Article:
> This is another big problem.  Clearly in the top-down
> teach-as-the-source-of-knowledge model, more attention is often given
> to those who need help.  Understandably so.  One might even argue that
> this is expected, since the bright kids are not only capable of doing
> the required work, but are often self-empowered learners capable of
> going beyond that which is required.  In practice (at least in my
> experience), two things get in the way.  First, I have seen the bright
> ones who "get it" actively discouraged from going above and beyond by
> teachers, who desire to keep everyone at the same level.  Second, some
> of the bright ones who lack a real challenge often lack (or lose) the
> desire to put in any further effort at all; it's boring.

Not to mention, without a learning process that actually challenges 
students and requires application of their abilities, schools often 
descend into being a truly toxic social environments for both categories 
-- idle hands, and all.

> It seems like a relatively hard problem to address with the strict
> teacher/student model, but seems it could naturally be resolved in an
> environment which encourages peer collaboration, since a) the teacher
> can depend on the bright students to assist in helping those who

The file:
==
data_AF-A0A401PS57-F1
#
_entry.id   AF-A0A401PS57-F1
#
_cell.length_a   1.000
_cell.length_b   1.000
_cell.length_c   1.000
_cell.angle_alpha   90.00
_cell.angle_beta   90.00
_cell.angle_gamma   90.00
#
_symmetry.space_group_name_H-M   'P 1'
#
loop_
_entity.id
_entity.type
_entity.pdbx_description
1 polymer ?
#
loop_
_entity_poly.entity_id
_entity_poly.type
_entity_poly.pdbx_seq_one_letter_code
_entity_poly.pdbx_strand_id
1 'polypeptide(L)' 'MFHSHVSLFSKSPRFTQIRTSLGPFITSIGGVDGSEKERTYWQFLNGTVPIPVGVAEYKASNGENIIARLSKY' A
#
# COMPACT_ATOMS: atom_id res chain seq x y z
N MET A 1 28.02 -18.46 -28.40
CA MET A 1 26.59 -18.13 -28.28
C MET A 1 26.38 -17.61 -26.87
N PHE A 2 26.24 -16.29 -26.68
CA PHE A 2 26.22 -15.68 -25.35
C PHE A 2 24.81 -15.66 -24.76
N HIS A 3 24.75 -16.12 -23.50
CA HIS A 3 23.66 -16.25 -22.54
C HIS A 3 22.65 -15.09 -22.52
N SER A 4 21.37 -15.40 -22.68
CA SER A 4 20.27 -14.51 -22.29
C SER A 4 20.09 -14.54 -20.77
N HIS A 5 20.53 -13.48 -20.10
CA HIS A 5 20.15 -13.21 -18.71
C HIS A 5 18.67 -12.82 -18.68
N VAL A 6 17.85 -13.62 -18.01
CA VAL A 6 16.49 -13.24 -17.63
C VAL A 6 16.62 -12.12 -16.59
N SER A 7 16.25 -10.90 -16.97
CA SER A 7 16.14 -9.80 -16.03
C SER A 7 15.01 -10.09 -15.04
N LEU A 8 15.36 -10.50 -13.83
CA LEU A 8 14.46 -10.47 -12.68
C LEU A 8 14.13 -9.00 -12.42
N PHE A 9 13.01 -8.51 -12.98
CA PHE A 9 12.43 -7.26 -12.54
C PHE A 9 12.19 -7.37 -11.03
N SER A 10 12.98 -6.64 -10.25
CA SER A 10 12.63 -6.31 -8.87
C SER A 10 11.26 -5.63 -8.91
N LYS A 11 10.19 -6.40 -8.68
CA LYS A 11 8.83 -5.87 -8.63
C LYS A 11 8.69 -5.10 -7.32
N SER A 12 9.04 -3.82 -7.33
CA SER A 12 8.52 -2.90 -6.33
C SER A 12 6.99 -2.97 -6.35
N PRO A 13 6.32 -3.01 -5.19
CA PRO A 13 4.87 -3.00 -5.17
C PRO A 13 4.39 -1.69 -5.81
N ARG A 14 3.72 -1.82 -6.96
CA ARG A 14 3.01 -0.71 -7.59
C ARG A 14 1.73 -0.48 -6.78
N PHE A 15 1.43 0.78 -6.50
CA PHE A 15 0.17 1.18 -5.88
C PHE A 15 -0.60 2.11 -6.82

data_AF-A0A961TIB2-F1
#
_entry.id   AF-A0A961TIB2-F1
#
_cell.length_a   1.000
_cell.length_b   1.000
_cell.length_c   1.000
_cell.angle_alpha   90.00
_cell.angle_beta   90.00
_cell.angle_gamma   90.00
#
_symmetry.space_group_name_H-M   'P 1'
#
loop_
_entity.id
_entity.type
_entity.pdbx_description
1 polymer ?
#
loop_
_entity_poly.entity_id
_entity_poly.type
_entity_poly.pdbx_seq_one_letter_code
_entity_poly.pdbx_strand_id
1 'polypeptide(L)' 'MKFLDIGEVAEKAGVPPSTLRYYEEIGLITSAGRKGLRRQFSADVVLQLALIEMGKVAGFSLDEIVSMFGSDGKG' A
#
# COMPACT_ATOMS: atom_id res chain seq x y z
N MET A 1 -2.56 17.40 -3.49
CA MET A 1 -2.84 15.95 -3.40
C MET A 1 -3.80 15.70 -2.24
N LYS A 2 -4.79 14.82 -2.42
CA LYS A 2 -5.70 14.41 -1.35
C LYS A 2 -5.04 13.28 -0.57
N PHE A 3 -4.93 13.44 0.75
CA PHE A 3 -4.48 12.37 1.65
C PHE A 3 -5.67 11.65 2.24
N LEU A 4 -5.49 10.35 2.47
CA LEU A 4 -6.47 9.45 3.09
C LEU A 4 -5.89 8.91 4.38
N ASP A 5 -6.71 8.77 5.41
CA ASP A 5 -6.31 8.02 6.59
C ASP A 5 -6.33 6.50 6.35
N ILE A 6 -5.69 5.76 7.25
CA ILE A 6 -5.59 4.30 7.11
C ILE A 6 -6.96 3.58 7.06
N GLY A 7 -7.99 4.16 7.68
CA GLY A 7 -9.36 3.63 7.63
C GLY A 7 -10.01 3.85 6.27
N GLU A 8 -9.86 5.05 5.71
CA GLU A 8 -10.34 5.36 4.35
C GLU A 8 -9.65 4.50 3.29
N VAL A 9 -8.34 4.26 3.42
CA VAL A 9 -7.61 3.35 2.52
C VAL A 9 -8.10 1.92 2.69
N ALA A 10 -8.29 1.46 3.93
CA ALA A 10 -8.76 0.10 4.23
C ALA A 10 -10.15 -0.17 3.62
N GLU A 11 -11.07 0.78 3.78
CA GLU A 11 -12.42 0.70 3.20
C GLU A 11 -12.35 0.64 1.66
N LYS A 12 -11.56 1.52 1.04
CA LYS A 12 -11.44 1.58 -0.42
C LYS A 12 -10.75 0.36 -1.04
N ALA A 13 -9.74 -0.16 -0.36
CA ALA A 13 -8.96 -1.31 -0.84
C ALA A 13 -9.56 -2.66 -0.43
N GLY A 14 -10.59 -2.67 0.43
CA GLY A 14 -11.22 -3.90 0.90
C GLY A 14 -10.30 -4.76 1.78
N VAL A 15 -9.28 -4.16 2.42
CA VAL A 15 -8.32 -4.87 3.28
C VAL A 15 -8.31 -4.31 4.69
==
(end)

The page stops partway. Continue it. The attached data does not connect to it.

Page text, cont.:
> require a little more time to grasp the concepts (and let's face it,
> you can learn just as much by teaching) and b) because the bright
> students can work together to challenge each other as well.

I disagree. Most kids, bright or otherwise, are completely unprepared 
for the role of teachers, and they should not be forced into it. To 
improve education one has to make it interesting (what is not the same 
as entertaining), so students have positive motivation to learn. Fear of 
anything that a school can impose on a student will never overcome fear 
of social ostracism that a well-performing student will face in the 
environment where students find learning to be an unnecessary burden 
imposed by adult oppressors, even if the student independently finds the 
subject of study and learning process to be interesting.